This year’s event was billed as The Summit: Home of Open Infrastructure, and was attended by builders and operators of container infrastructure, CI/CE, Telecom + NFV, Public Cloud, Private & Hybrid Cloud and members of open source communities like Kubernetes, Docker, OPNFV, Ansible, Ceph, and others.

Attendees took advantage of over 200 sessions and workshops. SUSE focused on helping attendees understand how to take advantage of SUSE OpenStack Cloud, to “get private cloud to take off and make infrastructure fly”. Our SUSE-green float plane and flight crew uniforms were a hit at the event and helped attendees envision how they could “Navigate to Sunnier Skies with SUSE”.

Of course, when it comes to soaring with private and hybrid cloud infrastructure, OpenStack is a leading force in the industry. 84% of CSPs say that OpenStack is essential or important to their company’s success, and 451 Research estimates the overall market for OpenStack-based solutions will exceed $6 billion by 2021

Containers were a big focus at the summit as well, since OpenStack is a prime deployment environment for containers. In 2015, application containers were a $495 million market. By 2020, that’s expected to grow to $2.7 billion according to 451 Research.

As OpenStack matures, SUSE continues to partner with leading SDN/NFV, storage, platform, and other ecosystem vendors to help customers reach new heights. So how do you minimize turbulence when taking-off to the blue skies of private cloud ? I’d suggest considering the truly open provider of open source infrastructure solutions, SUSE! SUSE’s been providing OpenStack to the enterprise longer than anyone. SUSE OpenStack Cloud is the easiest private cloud infrastructure solution to deploy and manage – ready for your development, test and production workloads. It’s fully supported, compliant and secure.

Farewell to Vancouver for now. Maybe we’ll be fortunate and Summit will return once again, but for now, we’ll set our sights on Berlin for November. We’re looking forward to seeing many of you again!

Ready Certification for SUSE CaaS Platform Now Available

Wednesday, 2 May, 2018

As a flexible and customizable general-purpose container orchestration platform, Kubernetes is dominating the container management tool landscape. Enterprise adoption of containers is exploding, and as a result software vendors are moving quickly to deliver their applications – both legacy and new cloud native applications – as docker containers orchestrated by Kubernetes.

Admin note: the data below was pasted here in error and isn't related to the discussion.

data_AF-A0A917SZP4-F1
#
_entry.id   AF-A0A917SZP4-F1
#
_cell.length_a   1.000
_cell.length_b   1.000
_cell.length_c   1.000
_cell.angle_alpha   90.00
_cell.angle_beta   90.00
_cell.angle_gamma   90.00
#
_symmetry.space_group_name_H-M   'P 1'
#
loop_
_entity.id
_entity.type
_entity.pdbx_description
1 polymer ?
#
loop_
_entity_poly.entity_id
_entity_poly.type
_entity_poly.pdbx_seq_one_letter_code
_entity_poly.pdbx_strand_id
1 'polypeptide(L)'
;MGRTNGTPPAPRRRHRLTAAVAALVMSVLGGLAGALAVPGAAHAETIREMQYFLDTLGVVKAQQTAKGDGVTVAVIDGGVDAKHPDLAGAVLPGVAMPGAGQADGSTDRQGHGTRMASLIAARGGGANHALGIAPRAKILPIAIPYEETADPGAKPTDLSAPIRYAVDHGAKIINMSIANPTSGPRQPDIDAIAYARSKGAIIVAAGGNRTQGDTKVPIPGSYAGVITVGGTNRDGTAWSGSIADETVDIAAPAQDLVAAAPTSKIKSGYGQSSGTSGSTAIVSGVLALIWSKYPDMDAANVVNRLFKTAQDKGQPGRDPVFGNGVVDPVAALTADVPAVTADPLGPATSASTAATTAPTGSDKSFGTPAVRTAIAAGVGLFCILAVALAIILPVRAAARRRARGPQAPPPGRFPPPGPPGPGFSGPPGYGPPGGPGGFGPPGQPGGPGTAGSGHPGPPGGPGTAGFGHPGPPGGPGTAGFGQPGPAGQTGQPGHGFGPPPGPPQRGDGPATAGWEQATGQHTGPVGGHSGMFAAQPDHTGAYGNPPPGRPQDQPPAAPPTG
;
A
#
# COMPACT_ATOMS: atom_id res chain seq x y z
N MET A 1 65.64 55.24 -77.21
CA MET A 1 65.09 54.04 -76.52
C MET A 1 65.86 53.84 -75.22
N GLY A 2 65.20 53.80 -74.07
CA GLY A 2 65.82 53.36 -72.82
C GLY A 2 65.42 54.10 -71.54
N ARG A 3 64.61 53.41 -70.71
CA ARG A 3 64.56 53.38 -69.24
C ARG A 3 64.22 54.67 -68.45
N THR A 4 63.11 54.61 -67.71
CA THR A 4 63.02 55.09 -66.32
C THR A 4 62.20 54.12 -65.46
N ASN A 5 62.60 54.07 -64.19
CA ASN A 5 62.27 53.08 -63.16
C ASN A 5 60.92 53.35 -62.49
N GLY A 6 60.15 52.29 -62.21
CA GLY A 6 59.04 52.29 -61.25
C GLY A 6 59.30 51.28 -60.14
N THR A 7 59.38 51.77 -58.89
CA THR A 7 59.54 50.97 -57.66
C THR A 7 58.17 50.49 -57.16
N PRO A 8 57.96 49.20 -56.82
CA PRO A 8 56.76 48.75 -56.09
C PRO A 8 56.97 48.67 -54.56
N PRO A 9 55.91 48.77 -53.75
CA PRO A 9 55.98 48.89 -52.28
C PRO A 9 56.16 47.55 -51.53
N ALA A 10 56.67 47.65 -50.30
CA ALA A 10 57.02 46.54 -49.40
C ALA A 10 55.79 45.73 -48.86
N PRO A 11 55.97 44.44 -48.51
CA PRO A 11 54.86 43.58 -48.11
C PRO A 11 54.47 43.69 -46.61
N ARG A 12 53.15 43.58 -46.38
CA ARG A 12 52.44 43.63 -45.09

Which is why we’re excited to announce this week the extension of our SUSE Ready certification program to SUSE CaaS Platform, our enterprise class container management solution powered by Kubernetes. SUSE Ready certification provides ISVs a way to assert that their solution has been tested against and is supported with SUSE platforms.

SUSE CaaS Platform delivers the best in class container infrastructure that enables the digital transformation of our customers’ businesses. Additionally, for enterprises to be successful in deploying containers, microservices, and cloud-based infrastructure, they need the right DevOps tools, and the ability to secure, monitor and manage real world, large-scale deployments. As the “open open” source company, SUSE’s approach has always been to partner with vendors that deliver best of breed components that complement a SUSE solution. Take a look at the SUSE Partner Software Catalog and check the SUSE CaaS Platform box in the Platform filter, and you’ll see that SUSE is already working with a number of partners who have tested and certified their solutions with SUSE CaaS Platform.

To find out more about the SUSE Ready program and Ready for SUSE CaaS Platform partners, visit and visit us in booth #G-C28 at Kubecon.